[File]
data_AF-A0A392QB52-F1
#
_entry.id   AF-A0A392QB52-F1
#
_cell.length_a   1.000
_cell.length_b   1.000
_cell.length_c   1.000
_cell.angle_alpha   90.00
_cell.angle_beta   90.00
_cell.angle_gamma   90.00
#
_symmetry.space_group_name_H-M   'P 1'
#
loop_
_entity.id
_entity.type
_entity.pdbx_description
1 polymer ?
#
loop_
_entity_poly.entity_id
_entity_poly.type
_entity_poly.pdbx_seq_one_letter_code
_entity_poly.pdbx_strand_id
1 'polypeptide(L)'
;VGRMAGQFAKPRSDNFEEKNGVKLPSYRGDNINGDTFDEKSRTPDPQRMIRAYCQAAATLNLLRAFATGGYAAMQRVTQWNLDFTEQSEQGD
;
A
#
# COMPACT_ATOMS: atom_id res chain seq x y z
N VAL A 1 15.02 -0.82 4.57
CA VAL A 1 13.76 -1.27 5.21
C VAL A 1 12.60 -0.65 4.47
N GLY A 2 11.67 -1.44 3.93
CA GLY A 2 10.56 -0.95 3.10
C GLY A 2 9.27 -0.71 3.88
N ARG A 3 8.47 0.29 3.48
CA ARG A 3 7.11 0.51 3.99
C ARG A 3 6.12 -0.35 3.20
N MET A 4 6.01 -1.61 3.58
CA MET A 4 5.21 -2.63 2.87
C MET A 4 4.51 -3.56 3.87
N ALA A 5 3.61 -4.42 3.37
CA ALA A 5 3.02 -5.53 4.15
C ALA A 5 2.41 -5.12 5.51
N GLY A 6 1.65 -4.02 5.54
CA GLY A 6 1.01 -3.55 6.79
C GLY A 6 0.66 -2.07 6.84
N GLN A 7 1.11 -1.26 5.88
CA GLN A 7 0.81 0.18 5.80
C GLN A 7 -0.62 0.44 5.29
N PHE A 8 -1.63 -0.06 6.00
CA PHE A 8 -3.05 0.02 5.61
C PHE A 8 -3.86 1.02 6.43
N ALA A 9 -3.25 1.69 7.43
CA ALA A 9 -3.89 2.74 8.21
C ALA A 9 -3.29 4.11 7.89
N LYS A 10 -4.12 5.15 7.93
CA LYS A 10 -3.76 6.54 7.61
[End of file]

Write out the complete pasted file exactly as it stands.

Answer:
data_AF-A0A392QB52-F1
#
_entry.id   AF-A0A392QB52-F1
#
_cell.length_a   1.000
_cell.length_b   1.000
_cell.length_c   1.000
_cell.angle_alpha   90.00
_cell.angle_beta   90.00
_cell.angle_gamma   90.00
#
_symmetry.space_group_name_H-M   'P 1'
#
loop_
_entity.id
_entity.type
_entity.pdbx_description
1 polymer ?
#
loop_
_entity_poly.entity_id
_entity_poly.type
_entity_poly.pdbx_seq_one_letter_code
_entity_poly.pdbx_strand_id
1 'polypeptide(L)'
;VGRMAGQFAKPRSDNFEEKNGVKLPSYRGDNINGDTFDEKSRTPDPQRMIRAYCQAAATLNLLRAFATGGYAAMQRVTQWNLDFTEQSEQGD
;
A
#
# COMPACT_ATOMS: atom_id res chain seq x y z
N VAL A 1 15.02 -0.82 4.57
CA VAL A 1 13.76 -1.27 5.21
C VAL A 1 12.60 -0.65 4.47
N GLY A 2 11.67 -1.44 3.93
CA GLY A 2 10.56 -0.95 3.10
C GLY A 2 9.27 -0.71 3.88
N ARG A 3 8.47 0.29 3.48
CA ARG A 3 7.11 0.51 3.99
C ARG A 3 6.12 -0.35 3.20
N MET A 4 6.01 -1.61 3.58
CA MET A 4 5.21 -2.63 2.87
C MET A 4 4.51 -3.56 3.87
N ALA A 5 3.61 -4.42 3.37
CA ALA A 5 3.02 -5.53 4.15
C ALA A 5 2.41 -5.12 5.51
N GLY A 6 1.65 -4.02 5.54
CA GLY A 6 1.01 -3.55 6.79
C GLY A 6 0.66 -2.07 6.84
N GLN A 7 1.11 -1.26 5.88
CA GLN A 7 0.81 0.18 5.80
C GLN A 7 -0.62 0.44 5.29
N PHE A 8 -1.63 -0.06 6.00
CA PHE A 8 -3.05 0.02 5.61
C PHE A 8 -3.86 1.02 6.43
N ALA A 9 -3.25 1.69 7.43
CA ALA A 9 -3.89 2.74 8.21
C ALA A 9 -3.29 4.11 7.89
N LYS A 10 -4.12 5.15 7.93
CA LYS A 10 -3.76 6.54 7.61